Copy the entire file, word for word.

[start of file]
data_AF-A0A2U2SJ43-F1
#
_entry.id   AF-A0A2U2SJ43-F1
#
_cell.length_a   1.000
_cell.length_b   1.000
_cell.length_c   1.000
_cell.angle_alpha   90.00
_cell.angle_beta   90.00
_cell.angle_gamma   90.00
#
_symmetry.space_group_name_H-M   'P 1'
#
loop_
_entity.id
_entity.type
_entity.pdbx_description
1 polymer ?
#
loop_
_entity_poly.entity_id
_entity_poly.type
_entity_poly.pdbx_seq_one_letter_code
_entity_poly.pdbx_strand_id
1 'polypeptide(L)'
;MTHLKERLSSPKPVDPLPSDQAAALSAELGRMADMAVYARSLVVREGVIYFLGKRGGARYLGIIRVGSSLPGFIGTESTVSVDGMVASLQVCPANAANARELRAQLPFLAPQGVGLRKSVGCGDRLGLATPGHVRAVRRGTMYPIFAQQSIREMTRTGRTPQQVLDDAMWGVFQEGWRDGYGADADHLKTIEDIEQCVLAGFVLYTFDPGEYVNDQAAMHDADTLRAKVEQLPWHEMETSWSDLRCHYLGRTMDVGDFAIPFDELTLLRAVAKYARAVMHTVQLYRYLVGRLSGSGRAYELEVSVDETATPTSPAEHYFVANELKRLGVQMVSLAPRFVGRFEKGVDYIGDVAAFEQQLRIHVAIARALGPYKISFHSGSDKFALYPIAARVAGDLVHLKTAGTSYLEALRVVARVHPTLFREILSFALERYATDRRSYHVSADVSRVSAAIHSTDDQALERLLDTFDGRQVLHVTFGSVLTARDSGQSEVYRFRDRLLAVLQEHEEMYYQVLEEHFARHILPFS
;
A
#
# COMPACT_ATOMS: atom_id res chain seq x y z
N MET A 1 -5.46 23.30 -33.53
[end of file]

data_AF-A0A2U2SJ43-F1
#
_entry.id   AF-A0A2U2SJ43-F1
#
_cell.length_a   1.000
_cell.length_b   1.000
_cell.length_c   1.000
_cell.angle_alpha   90.00
_cell.angle_beta   90.00
_cell.angle_gamma   90.00
#
_symmetry.space_group_name_H-M   'P 1'
#
loop_
_entity.id
_entity.type
_entity.pdbx_description
1 polymer ?
#
loop_
_entity_poly.entity_id
_entity_poly.type
_entity_poly.pdbx_seq_one_letter_code
_entity_poly.pdbx_strand_id
1 'polypeptide(L)'
;MTHLKERLSSPKPVDPLPSDQAAALSAELGRMADMAVYARSLVVREGVIYFLGKRGGARYLGIIRVGSSLPGFIGTESTVSVDGMVASLQVCPANAANARELRAQLPFLAPQGVGLRKSVGCGDRLGLATPGHVRAVRRGTMYPIFAQQSIREMTRTGRTPQQVLDDAMWGVFQEGWRDGYGADADHLKTIEDIEQCVLAGFVLYTFDPGEYVNDQAAMHDADTLRAKVEQLPWHEMETSWSDLRCHYLGRTMDVGDFAIPFDELTLLRAVAKYARAVMHTVQLYRYLVGRLSGSGRAYELEVSVDETATPTSPAEHYFVANELKRLGVQMVSLAPRFVGRFEKGVDYIGDVAAFEQQLRIHVAIARALGPYKISFHSGSDKFALYPIAARVAGDLVHLKTAGTSYLEALRVVARVHPTLFREILSFALERYATDRRSYHVSADVSRVSAAIHSTDDQALERLLDTFDGRQVLHVTFGSVLTARDSGQSEVYRFRDRLLAVLQEHEEMYYQVLEEHFARHILPFS
;
A
#
# COMPACT_ATOMS: atom_id res chain seq x y z
N MET A 1 -5.46 23.30 -33.53